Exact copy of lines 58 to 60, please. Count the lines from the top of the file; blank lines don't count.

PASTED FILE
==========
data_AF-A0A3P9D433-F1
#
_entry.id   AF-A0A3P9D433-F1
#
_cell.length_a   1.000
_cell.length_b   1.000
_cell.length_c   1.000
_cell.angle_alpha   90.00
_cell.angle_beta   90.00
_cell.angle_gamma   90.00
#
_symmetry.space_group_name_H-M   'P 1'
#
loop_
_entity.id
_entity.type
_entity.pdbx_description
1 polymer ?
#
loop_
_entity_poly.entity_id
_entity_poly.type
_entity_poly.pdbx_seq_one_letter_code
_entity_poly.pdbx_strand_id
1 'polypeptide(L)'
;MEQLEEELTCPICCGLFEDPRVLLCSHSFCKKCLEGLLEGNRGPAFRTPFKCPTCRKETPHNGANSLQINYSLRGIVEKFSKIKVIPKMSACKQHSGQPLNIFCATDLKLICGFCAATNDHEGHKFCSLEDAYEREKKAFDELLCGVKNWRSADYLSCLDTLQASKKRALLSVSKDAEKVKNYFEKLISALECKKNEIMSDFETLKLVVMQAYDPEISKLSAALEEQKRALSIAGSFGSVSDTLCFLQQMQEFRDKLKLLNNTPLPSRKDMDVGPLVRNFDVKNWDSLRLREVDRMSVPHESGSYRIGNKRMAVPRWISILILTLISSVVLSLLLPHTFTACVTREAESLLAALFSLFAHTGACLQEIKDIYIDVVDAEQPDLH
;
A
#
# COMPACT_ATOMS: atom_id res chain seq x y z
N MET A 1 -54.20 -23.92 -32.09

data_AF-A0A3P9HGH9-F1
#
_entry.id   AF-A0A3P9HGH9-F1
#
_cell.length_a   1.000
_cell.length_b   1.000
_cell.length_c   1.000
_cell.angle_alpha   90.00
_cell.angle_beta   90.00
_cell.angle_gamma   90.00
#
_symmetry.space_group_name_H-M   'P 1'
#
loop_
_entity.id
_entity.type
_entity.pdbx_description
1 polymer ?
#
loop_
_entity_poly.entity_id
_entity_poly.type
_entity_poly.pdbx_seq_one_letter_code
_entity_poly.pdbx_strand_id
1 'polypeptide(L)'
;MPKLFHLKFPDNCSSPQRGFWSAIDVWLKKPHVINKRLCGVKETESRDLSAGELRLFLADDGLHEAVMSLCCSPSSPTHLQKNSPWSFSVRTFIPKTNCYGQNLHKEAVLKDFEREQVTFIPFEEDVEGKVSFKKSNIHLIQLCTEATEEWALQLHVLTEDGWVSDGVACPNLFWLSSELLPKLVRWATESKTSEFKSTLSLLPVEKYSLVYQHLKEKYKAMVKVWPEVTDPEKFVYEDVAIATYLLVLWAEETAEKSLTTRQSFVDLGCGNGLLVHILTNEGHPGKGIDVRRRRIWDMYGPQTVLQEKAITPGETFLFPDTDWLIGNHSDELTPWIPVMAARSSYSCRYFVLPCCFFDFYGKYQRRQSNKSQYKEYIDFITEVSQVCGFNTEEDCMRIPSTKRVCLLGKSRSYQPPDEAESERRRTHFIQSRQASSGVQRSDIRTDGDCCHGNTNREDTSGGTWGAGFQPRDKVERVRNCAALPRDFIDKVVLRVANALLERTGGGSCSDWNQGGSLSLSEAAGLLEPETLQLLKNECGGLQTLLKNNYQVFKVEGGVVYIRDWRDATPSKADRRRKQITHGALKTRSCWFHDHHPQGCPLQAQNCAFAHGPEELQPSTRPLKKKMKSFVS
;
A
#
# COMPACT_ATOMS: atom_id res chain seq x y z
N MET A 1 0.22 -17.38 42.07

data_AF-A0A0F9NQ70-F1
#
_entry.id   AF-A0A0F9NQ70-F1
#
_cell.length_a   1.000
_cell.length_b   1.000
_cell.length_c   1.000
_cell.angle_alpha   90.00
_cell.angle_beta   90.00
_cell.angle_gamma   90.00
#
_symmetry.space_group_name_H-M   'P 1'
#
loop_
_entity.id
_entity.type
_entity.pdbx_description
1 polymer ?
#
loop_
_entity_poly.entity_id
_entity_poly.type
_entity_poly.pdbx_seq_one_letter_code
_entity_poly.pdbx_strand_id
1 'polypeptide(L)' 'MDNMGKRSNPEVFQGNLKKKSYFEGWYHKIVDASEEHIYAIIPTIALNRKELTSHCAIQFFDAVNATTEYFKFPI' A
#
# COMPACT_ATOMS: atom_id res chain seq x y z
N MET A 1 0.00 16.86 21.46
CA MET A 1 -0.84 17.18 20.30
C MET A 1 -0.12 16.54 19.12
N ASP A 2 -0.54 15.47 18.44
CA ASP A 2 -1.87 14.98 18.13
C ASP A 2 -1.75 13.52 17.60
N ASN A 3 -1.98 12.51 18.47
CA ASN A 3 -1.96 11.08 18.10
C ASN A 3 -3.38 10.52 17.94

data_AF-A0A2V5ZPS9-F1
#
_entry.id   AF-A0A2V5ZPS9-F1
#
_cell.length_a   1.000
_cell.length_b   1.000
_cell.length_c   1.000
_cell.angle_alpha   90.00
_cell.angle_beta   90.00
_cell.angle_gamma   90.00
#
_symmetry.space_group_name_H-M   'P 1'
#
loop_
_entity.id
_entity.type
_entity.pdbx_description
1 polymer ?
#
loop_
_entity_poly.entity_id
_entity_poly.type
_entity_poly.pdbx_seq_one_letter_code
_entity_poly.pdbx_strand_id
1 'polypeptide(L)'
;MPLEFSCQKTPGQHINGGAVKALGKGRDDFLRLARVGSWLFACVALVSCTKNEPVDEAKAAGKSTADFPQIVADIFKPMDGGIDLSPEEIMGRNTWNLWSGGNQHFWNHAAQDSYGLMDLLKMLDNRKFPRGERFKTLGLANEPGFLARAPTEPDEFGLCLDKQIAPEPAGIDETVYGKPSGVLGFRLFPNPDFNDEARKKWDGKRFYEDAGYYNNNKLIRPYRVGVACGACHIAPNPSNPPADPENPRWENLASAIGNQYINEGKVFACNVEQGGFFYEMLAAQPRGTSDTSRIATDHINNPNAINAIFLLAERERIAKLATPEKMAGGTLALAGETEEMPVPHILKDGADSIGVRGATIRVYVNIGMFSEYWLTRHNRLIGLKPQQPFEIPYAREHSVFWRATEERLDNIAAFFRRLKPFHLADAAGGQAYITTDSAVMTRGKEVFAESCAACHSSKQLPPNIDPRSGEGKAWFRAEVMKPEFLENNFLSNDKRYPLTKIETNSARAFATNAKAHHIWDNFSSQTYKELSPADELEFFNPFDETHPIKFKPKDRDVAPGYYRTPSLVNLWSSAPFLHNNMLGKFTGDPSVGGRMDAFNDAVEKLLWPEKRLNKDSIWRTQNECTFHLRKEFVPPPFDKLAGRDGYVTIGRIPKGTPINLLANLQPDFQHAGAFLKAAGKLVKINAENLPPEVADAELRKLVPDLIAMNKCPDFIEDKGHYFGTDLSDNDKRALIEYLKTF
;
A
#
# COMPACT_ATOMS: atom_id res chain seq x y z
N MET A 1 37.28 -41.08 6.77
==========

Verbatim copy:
;
A
#